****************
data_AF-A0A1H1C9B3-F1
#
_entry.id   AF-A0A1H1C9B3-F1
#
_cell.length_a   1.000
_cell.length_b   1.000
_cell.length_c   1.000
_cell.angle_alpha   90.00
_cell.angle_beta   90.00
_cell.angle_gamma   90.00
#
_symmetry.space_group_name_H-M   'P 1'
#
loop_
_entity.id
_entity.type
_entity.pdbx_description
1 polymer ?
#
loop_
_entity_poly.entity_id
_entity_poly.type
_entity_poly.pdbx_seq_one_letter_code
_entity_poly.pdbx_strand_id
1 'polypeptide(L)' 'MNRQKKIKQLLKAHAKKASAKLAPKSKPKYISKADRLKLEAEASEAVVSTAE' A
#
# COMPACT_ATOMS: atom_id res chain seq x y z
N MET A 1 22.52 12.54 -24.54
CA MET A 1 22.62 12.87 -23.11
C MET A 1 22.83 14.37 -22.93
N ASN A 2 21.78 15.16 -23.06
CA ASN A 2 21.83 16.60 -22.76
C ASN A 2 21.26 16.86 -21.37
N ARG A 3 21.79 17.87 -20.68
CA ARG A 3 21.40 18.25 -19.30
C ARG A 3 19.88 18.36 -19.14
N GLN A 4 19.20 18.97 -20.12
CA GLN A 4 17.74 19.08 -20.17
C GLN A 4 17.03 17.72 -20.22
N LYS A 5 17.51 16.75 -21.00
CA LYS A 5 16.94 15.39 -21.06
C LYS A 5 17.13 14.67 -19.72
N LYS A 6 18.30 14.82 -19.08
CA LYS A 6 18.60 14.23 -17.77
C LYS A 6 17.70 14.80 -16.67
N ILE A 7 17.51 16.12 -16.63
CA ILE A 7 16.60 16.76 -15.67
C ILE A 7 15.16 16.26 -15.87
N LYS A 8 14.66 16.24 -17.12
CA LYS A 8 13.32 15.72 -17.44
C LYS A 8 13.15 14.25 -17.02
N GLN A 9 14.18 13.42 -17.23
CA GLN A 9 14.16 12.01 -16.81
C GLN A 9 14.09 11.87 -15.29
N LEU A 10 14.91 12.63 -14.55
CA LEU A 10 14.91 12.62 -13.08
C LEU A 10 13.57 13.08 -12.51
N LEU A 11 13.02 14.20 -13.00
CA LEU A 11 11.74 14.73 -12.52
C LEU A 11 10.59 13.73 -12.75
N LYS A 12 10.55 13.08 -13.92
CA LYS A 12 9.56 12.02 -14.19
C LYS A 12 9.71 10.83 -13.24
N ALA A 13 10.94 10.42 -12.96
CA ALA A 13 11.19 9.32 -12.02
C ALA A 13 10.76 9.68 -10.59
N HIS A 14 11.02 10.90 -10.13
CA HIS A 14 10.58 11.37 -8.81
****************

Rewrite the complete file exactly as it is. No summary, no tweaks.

data_AF-A0A1H1C9B3-F1
#
_entry.id   AF-A0A1H1C9B3-F1
#
_cell.length_a   1.000
_cell.length_b   1.000
_cell.length_c   1.000
_cell.angle_alpha   90.00
_cell.angle_beta   90.00
_cell.angle_gamma   90.00
#
_symmetry.space_group_name_H-M   'P 1'
#
loop_
_entity.id
_entity.type
_entity.pdbx_description
1 polymer ?
#
loop_
_entity_poly.entity_id
_entity_poly.type
_entity_poly.pdbx_seq_one_letter_code
_entity_poly.pdbx_strand_id
1 'polypeptide(L)' 'MNRQKKIKQLLKAHAKKASAKLAPKSKPKYISKADRLKLEAEASEAVVSTAE' A
#
# COMPACT_ATOMS: atom_id res chain seq x y z
N MET A 1 22.52 12.54 -24.54
CA MET A 1 22.62 12.87 -23.11
C MET A 1 22.83 14.37 -22.93
N ASN A 2 21.78 15.16 -23.06
CA ASN A 2 21.83 16.60 -22.76
C ASN A 2 21.26 16.86 -21.37
N ARG A 3 21.79 17.87 -20.68
CA ARG A 3 21.40 18.25 -19.30
C ARG A 3 19.88 18.36 -19.14
N GLN A 4 19.20 18.97 -20.12
CA GLN A 4 17.74 19.08 -20.17
C GLN A 4 17.03 17.72 -20.22
N LYS A 5 17.51 16.75 -21.00
CA LYS A 5 16.94 15.39 -21.06
C LYS A 5 17.13 14.67 -19.72
N LYS A 6 18.30 14.82 -19.08
CA LYS A 6 18.60 14.23 -17.77
C LYS A 6 17.70 14.80 -16.67
N ILE A 7 17.51 16.12 -16.63
CA ILE A 7 16.60 16.76 -15.67
C ILE A 7 15.16 16.26 -15.87
N LYS A 8 14.66 16.24 -17.12
CA LYS A 8 13.32 15.72 -17.44
C LYS A 8 13.15 14.25 -17.02
N GLN A 9 14.18 13.42 -17.23
CA GLN A 9 14.16 12.01 -16.81
C GLN A 9 14.09 11.87 -15.29
N LEU A 10 14.91 12.63 -14.55
CA LEU A 10 14.91 12.62 -13.08
C LEU A 10 13.57 13.08 -12.51
N LEU A 11 13.02 14.20 -13.00
CA LEU A 11 11.74 14.73 -12.52
C LEU A 11 10.59 13.73 -12.75
N LYS A 12 10.55 13.08 -13.92
CA LYS A 12 9.56 12.02 -14.19
C LYS A 12 9.71 10.83 -13.24
N ALA A 13 10.94 10.42 -12.96
CA ALA A 13 11.19 9.32 -12.02
C ALA A 13 10.76 9.68 -10.59
N HIS A 14 11.02 10.90 -10.13
CA HIS A 14 10.58 11.37 -8.81